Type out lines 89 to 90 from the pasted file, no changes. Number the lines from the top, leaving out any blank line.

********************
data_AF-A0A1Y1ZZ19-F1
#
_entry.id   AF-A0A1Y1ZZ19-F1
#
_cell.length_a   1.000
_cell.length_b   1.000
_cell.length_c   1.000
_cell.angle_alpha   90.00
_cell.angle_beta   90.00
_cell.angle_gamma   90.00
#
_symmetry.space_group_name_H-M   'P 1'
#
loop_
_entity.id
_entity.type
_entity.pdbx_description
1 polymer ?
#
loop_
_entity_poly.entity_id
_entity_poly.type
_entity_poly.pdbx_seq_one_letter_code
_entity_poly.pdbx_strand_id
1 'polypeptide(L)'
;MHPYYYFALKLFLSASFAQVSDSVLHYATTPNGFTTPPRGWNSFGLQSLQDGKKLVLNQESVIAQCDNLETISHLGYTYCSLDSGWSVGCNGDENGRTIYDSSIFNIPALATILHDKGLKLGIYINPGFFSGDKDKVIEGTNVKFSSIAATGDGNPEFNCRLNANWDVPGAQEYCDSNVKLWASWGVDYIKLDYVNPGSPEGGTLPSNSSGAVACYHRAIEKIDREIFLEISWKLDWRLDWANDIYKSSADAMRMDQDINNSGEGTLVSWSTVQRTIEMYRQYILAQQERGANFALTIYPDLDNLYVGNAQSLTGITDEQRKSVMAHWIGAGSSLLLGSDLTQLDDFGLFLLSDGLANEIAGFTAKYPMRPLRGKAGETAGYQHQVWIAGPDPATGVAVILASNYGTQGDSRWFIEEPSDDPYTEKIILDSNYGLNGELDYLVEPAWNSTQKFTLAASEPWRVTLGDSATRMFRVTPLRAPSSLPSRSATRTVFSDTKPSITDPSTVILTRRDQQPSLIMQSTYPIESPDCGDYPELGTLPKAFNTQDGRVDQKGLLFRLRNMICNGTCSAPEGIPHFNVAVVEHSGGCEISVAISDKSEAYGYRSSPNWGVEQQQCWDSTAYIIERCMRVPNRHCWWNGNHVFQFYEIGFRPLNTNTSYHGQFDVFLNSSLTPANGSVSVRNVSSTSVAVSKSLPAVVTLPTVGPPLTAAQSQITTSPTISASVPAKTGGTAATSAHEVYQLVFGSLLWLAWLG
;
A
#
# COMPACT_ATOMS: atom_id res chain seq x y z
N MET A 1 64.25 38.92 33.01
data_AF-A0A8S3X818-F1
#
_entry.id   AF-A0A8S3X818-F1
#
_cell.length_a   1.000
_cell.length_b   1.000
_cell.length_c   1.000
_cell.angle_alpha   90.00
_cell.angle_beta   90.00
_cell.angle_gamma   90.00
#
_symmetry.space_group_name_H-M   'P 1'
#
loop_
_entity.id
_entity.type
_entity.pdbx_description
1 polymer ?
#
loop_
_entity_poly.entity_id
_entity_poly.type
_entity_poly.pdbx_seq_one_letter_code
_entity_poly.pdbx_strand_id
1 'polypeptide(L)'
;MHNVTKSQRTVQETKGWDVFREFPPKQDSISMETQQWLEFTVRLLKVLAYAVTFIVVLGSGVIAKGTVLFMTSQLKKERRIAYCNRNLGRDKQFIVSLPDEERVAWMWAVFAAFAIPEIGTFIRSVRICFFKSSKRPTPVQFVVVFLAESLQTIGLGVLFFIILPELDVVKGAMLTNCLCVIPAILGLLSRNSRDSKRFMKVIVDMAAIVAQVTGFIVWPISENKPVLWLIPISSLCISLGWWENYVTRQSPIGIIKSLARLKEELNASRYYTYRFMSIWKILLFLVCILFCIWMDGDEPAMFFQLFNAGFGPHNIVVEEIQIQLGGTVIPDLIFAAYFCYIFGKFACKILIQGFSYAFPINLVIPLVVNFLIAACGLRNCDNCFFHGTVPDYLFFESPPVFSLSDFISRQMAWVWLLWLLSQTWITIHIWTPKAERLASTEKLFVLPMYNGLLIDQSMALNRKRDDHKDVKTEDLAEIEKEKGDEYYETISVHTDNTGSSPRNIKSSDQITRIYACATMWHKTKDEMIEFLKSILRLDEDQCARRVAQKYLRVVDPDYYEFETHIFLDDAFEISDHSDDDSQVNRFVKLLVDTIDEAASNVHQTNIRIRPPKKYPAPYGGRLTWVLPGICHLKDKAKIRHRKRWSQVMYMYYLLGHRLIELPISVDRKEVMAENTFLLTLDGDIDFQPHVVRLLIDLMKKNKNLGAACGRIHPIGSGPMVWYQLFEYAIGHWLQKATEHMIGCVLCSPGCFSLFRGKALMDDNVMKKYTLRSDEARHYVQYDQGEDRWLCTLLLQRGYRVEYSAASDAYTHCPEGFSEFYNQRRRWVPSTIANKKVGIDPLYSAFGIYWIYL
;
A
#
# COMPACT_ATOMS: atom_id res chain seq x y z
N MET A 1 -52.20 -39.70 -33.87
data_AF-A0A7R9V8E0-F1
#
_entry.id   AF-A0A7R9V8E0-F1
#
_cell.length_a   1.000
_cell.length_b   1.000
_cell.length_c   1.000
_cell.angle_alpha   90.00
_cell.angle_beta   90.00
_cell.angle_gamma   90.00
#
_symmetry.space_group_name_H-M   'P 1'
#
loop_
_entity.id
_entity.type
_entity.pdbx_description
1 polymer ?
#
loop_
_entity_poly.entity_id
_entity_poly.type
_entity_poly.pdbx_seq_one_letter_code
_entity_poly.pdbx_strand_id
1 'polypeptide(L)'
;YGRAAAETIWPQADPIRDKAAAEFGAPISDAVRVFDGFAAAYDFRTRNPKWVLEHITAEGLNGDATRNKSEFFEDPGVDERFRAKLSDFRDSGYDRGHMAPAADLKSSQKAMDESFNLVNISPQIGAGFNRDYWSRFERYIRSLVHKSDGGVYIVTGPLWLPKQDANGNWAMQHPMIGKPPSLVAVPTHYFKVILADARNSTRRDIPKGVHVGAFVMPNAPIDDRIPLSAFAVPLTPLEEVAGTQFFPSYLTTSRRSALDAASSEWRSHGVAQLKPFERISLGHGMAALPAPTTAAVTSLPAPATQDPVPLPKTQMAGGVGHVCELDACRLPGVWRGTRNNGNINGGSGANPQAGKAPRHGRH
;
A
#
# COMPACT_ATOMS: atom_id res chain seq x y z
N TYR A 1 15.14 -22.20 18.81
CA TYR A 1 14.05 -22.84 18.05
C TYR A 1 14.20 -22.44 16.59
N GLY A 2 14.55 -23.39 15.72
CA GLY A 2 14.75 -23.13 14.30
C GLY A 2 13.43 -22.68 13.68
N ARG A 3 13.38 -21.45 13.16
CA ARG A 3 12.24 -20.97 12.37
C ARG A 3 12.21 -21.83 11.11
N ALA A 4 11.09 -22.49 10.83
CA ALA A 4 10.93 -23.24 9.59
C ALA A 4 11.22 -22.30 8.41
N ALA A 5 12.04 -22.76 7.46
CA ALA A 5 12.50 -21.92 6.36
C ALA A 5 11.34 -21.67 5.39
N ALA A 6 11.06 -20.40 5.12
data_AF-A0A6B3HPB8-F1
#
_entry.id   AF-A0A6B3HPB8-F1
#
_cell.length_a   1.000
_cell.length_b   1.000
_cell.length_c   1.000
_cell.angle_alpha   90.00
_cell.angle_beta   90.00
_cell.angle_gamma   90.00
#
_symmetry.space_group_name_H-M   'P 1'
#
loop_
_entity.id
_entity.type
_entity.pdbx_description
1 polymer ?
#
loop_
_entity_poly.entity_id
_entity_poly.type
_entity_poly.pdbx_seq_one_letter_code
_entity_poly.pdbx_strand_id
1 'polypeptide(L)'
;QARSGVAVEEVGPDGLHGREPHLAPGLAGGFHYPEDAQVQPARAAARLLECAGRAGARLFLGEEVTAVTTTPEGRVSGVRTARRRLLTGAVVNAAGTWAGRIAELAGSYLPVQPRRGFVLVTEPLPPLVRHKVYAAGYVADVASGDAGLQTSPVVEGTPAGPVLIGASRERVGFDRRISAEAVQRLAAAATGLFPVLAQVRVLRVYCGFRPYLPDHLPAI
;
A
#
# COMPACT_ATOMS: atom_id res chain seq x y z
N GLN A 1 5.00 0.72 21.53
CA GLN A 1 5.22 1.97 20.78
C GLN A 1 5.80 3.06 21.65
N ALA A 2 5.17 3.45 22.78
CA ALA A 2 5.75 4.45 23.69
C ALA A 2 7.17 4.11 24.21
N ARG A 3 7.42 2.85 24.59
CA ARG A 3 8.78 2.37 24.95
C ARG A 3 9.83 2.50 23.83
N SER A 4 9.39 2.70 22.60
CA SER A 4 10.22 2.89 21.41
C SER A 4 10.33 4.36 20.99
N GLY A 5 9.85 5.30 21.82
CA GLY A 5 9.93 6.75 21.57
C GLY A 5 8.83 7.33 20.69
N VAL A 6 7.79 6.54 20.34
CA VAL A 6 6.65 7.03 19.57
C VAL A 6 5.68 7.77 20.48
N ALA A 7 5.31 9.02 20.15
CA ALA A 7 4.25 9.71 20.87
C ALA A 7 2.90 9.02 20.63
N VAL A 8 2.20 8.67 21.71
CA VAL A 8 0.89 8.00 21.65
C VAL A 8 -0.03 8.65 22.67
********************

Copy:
;
A